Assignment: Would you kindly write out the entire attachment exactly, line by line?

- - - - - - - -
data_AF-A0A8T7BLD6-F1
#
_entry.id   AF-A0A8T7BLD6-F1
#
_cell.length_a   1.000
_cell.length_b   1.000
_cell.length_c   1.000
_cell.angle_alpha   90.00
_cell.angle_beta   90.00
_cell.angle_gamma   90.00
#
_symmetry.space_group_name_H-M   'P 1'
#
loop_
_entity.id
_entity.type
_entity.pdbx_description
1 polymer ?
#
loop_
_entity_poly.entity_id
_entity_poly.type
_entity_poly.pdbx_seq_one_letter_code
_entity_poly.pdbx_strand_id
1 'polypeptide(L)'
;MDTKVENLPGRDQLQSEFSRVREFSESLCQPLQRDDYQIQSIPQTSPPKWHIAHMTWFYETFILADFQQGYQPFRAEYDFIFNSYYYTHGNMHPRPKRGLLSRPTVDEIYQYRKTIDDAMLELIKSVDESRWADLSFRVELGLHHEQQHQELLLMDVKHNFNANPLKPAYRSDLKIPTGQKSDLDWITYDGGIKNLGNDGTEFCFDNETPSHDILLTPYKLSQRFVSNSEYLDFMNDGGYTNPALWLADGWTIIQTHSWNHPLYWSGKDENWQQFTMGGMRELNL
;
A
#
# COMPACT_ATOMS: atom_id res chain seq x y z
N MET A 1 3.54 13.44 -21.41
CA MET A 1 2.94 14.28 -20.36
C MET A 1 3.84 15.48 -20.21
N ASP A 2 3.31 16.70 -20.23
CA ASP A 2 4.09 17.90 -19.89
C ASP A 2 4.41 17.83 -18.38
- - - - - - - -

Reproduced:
data_AF-A0A8T7BLD6-F1
#
_entry.id   AF-A0A8T7BLD6-F1
#
_cell.length_a   1.000
_cell.length_b   1.000
_cell.length_c   1.000
_cell.angle_alpha   90.00
_cell.angle_beta   90.00
_cell.angle_gamma   90.00
#
_symmetry.space_group_name_H-M   'P 1'
#
loop_
_entity.id
_entity.type
_entity.pdbx_description
1 polymer ?
#
loop_
_entity_poly.entity_id
_entity_poly.type
_entity_poly.pdbx_seq_one_letter_code
_entity_poly.pdbx_strand_id
1 'polypeptide(L)'
;MDTKVENLPGRDQLQSEFSRVREFSESLCQPLQRDDYQIQSIPQTSPPKWHIAHMTWFYETFILADFQQGYQPFRAEYDFIFNSYYYTHGNMHPRPKRGLLSRPTVDEIYQYRKTIDDAMLELIKSVDESRWADLSFRVELGLHHEQQHQELLLMDVKHNFNANPLKPAYRSDLKIPTGQKSDLDWITYDGGIKNLGNDGTEFCFDNETPSHDILLTPYKLSQRFVSNSEYLDFMNDGGYTNPALWLADGWTIIQTHSWNHPLYWSGKDENWQQFTMGGMRELNL
;
A
#
# COMPACT_ATOMS: atom_id res chain seq x y z
N MET A 1 3.54 13.44 -21.41
CA MET A 1 2.94 14.28 -20.36
C MET A 1 3.84 15.48 -20.21
N ASP A 2 3.31 16.70 -20.23
CA ASP A 2 4.09 17.90 -19.89
C ASP A 2 4.41 17.83 -18.38